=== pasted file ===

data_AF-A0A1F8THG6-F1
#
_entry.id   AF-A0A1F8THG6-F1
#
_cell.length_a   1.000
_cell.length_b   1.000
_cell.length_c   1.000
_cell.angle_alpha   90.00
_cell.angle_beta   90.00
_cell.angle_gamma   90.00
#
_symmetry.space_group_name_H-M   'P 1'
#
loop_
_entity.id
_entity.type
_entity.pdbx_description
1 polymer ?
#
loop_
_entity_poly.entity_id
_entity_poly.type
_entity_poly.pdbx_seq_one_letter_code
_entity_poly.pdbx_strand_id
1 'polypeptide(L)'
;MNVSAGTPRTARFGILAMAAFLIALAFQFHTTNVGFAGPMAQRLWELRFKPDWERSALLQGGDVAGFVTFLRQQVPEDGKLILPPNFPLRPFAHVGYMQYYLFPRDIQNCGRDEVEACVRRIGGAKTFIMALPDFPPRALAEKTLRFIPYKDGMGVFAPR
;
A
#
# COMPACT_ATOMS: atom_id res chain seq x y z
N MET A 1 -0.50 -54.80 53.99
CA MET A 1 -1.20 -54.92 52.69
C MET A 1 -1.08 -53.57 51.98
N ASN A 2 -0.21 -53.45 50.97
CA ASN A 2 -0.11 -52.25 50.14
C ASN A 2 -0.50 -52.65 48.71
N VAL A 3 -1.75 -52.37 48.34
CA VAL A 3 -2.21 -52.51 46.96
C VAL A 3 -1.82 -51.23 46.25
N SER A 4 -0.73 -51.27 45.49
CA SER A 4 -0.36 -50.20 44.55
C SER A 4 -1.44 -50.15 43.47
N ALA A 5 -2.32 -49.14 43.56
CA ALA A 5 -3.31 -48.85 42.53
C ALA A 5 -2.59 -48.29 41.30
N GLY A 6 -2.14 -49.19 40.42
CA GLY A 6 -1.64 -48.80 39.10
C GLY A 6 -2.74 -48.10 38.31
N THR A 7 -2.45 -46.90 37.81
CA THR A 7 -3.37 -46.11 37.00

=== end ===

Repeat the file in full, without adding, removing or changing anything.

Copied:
data_AF-A0A1F8THG6-F1
#
_entry.id   AF-A0A1F8THG6-F1
#
_cell.length_a   1.000
_cell.length_b   1.000
_cell.length_c   1.000
_cell.angle_alpha   90.00
_cell.angle_beta   90.00
_cell.angle_gamma   90.00
#
_symmetry.space_group_name_H-M   'P 1'
#
loop_
_entity.id
_entity.type
_entity.pdbx_description
1 polymer ?
#
loop_
_entity_poly.entity_id
_entity_poly.type
_entity_poly.pdbx_seq_one_letter_code
_entity_poly.pdbx_strand_id
1 'polypeptide(L)'
;MNVSAGTPRTARFGILAMAAFLIALAFQFHTTNVGFAGPMAQRLWELRFKPDWERSALLQGGDVAGFVTFLRQQVPEDGKLILPPNFPLRPFAHVGYMQYYLFPRDIQNCGRDEVEACVRRIGGAKTFIMALPDFPPRALAEKTLRFIPYKDGMGVFAPR
;
A
#
# COMPACT_ATOMS: atom_id res chain seq x y z
N MET A 1 -0.50 -54.80 53.99
CA MET A 1 -1.20 -54.92 52.69
C MET A 1 -1.08 -53.57 51.98
N ASN A 2 -0.21 -53.45 50.97
CA ASN A 2 -0.11 -52.25 50.14
C ASN A 2 -0.50 -52.65 48.71
N VAL A 3 -1.75 -52.37 48.34
CA VAL A 3 -2.21 -52.51 46.96
C VAL A 3 -1.82 -51.23 46.25
N SER A 4 -0.73 -51.27 45.49
CA SER A 4 -0.36 -50.20 44.55
C SER A 4 -1.44 -50.15 43.47
N ALA A 5 -2.32 -49.14 43.56
CA ALA A 5 -3.31 -48.85 42.53
C ALA A 5 -2.59 -48.29 41.30
N GLY A 6 -2.14 -49.19 40.42
CA GLY A 6 -1.64 -48.80 39.10
C GLY A 6 -2.74 -48.10 38.31
N THR A 7 -2.45 -46.90 37.81
CA THR A 7 -3.37 -46.11 37.00